An Insider’s View into the Edtech Market for Coding
Smartphones, computers, and laptops dominate most of our day, so it makes sense that we would need more people with coding ability moving forward. There is estimated to be a great deal of rapid growth in the STEM sector over the coming years. Coding is just one small part of the field that deserves a little more attention. This area rarely made it into the curriculum years ago, but it could be a standard item now. Since not all teachers are equipped to teach coding, edtech offers a few simple ways for students to teach themselves.
What are early childhood, K-12, and higher education institution’s most pressing needs?
More schools are becoming interested in promoting coding among students. In fact, some are encouraging students to start practicing their coding as early as preschool or kindergarten. This is definitely a step in the right direction if we want to bring up students who are interested and proficient in this area. However, very few teachers are trained and knowledgeable on how to code.
Teachers in all areas need more assistance to teach coding to their students. As a result, they need programs that are easily understood and offer instructional videos to the students. This can transform coding into an independent exploration or a collaborative group project.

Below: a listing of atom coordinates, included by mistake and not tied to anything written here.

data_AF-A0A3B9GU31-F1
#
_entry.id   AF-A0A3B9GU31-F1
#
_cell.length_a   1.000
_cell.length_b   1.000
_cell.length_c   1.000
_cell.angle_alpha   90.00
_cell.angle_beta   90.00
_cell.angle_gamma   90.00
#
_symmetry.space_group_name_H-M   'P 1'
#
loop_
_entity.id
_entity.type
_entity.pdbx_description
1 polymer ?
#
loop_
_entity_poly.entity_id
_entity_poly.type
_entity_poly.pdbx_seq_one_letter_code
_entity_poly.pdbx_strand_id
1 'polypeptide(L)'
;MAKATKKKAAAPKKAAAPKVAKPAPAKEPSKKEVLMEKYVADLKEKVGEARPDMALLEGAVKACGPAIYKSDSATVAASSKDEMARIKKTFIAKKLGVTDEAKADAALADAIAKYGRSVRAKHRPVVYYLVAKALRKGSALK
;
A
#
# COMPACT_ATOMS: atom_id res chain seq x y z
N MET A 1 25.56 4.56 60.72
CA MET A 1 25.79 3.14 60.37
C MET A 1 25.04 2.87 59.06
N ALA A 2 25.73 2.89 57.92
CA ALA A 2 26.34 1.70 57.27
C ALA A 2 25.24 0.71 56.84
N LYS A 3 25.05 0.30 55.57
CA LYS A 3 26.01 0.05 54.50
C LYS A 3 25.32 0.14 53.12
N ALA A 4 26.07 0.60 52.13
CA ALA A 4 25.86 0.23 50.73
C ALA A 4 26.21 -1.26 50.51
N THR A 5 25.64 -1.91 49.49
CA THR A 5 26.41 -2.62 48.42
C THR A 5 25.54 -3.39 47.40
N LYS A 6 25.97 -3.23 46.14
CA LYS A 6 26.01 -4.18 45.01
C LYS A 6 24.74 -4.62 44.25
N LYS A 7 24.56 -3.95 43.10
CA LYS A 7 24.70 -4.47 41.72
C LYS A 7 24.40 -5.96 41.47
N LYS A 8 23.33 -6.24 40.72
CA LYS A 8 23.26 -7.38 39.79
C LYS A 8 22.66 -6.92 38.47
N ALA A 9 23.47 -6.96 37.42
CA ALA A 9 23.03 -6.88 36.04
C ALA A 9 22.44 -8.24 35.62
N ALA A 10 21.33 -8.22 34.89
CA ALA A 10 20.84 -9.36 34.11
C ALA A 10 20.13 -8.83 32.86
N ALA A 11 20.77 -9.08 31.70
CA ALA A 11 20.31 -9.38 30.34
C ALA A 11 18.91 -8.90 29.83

At the higher education level, professors may want to see their students start to work toward sharing their programs with others. An open platform that allows them to upload finished art or games should be considered. This allows them to receive greater feedback and work out the kinks in their coding with a wider audience.
How can edtech meet these needs?
There are several things edtech can do to make sure that it is meeting teacher needs. First, it does need to incorporate more instructional content into a platform. Instead of assuming that students know how to perform the basics, it needs to have an introductory module. This can save teachers from struggling to figure out the concepts and gives students a greater degree of independence. It should be filled with lively animation and appealing graphics that kids want to spend time with.
An open source platform where students can share their work with others is a great way to keep them engaged. It encourages them to build something to the best of their ability. They also get more feedback and critiques to make their coding better. However, there must be some kind of moderator on these platforms to keep them safe for students.
What are the 3 major players operating in this space?
Coding is an exciting field with lots of new developments being made every day. These are three of the most significant players operating in this space right now.
- codeSpark Academy: CodeSpark Academy is ideal for the younger set of children who want to begin their coding early. Kids will build up their skills using mini-games, challenges, and even caring for virtual pets. They will love the bright colors and illustration that allows them to start mastering these concepts.
- Scratch: MIT has a free open network that allows students to create and share their coding work with others around the globe. They can create stories, games, and animations to help them share their vision with others using Scratch.
- Daisy the Dinosaur: Do you want to get your youngest students started early with coding? Daisy the Dinosaur is quickly becoming a favorite among elementary students with her drag and drop interface that makes basic animation simple.